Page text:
John Coates Jr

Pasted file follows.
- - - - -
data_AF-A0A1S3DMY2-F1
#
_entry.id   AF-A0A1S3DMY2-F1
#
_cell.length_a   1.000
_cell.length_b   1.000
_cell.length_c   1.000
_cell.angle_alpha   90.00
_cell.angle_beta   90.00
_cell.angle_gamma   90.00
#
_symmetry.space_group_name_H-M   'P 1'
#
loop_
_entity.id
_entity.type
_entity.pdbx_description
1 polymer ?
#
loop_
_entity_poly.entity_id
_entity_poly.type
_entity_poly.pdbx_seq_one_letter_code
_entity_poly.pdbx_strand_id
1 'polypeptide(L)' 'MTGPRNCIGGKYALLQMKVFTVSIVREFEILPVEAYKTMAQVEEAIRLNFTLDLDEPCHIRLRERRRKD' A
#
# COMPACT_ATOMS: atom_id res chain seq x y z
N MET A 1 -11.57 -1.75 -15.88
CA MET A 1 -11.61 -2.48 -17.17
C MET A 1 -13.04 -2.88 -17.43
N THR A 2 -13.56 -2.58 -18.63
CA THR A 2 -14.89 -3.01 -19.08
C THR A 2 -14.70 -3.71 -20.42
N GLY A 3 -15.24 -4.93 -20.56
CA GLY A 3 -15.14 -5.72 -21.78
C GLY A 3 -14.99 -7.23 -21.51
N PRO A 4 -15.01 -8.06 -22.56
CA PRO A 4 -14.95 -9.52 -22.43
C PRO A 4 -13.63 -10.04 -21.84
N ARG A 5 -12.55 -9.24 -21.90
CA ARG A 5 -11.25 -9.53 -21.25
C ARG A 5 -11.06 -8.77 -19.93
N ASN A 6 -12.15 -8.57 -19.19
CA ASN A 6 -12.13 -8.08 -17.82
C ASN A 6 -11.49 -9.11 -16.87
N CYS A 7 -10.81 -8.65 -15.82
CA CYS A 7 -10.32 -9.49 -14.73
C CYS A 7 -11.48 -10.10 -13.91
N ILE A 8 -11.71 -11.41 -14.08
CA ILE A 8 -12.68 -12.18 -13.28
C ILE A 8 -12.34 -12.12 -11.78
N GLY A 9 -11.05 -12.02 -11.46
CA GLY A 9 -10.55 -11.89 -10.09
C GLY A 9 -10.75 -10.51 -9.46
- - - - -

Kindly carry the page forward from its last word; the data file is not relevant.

John Francis Coates Jr., born February 17, 1938 and died November 22, 2017, was an American jazz composer, arranger, and pianist. For more than 50 years, he performed regularly at the Deer Head Inn as well as the Celebration of the Arts In the Pocono Mountains. Coates was born in Trenton and went to Ewing High School. His father was a professional musician and bandleader and his mother was an actress and dancer. At age 8, he began formal studies every Thursday, travelling from Trenton to New York City with Urana Clarke of the Mannes College of Music. He was on full scholarship. His early influences can be credited to his listening to Symphony Sid’s AM radio. John played clarinet on Wednesdays from the age of 11-14 with his father at the Trenton YMCA dancing hall night. There he learned how to improvise and play the clarinet. Around age 12, his father started teaching him jazz piano. Jack Welgund (his father’s student) influenced Coates, and he convinced him to join the Trenton musicians union at 12. He was already playing gigs two nights a week at age 14 and on weekends as well. He was 16 when he was asked to perform 6 nights per week at the Deer Head Inn. There he lived with Bob and Fey and shared dinner with them. Savoy Records first discovered him at the Deer Head in that summer. His senior year at high school saw him record Portrait with Wendell Marshall as bassist and Kenny Clarke as drummer. Rudy Van Gelder produced it for Savoy Records. In support of the album, he appeared on the Steve Allen, Mike Douglas and Merv Griffin TV programs. He toured the country with Charlie Ventura from 1956 to 1958, playing clubs such as Birdland and Small’s Paradise. John played with Barry Miles and other college musicians like Al Cohn and Zoot Sims, Woody Shaw and Harry Leahey. In 1962, he graduated from Rutgers University with a degree on romance languages. John graduated from Rutgers University in 1962. He returned to the Deer Head, where he performed six nights per week, four as a solo player and two as a bandleader. He was hired by Shawnee Press to be an editor and arranger. He started to rotate summers at Henderson’s Club 50 and winters at Henderson’s Club 50. There he also had a 6 nights per week gig. He played at Henderson’s with Clark Terry, Coleman Hawkins and Marvin Stamm, as well as Doc Severinsen, Doc Woods, Marvin Stamm, Bill Watrous, and Doc Severinsen. John moved to Mountain Lake in New Jersey in 1966. He began a 9-5 job at Shawnee Press, editing during the day and arranging on a royalty basis. Keith Jarrett would also occasionally sit in on his arrangements. In 1977, he quit Shawnee’s full-time job but continued to do occasional arrangement and composition work for the press (including choral works). His arrangement of “Amazing Grace”, which has sold over 750,000 copies, is still one of the best-selling arrangements at the publishing house. John has recorded nine albums for Japanese record label Omnisound since 1974. He also recorded live albums at Northampton Community College and the Deer Head. He toured briefly after those records with Paul Langosch, his bassist. John started recording with Pacific St Records in 1993, and he also recorded two albums with Phil Woods. John promoted the albums at many venues, including Blues Alley in Washington DC. In the late 1990s, Coates was homeless and tried suicide. He then moved to Coney Island, where he began playing around 2000. In 1961, he married Lisa Haines. The couple split in 1963 and remarried in 2012. Coates’ second marriage to Haines was his fourth. Coates was primarily a pianist but occasionally also played clarinet and vibraphone. From Wikipedia

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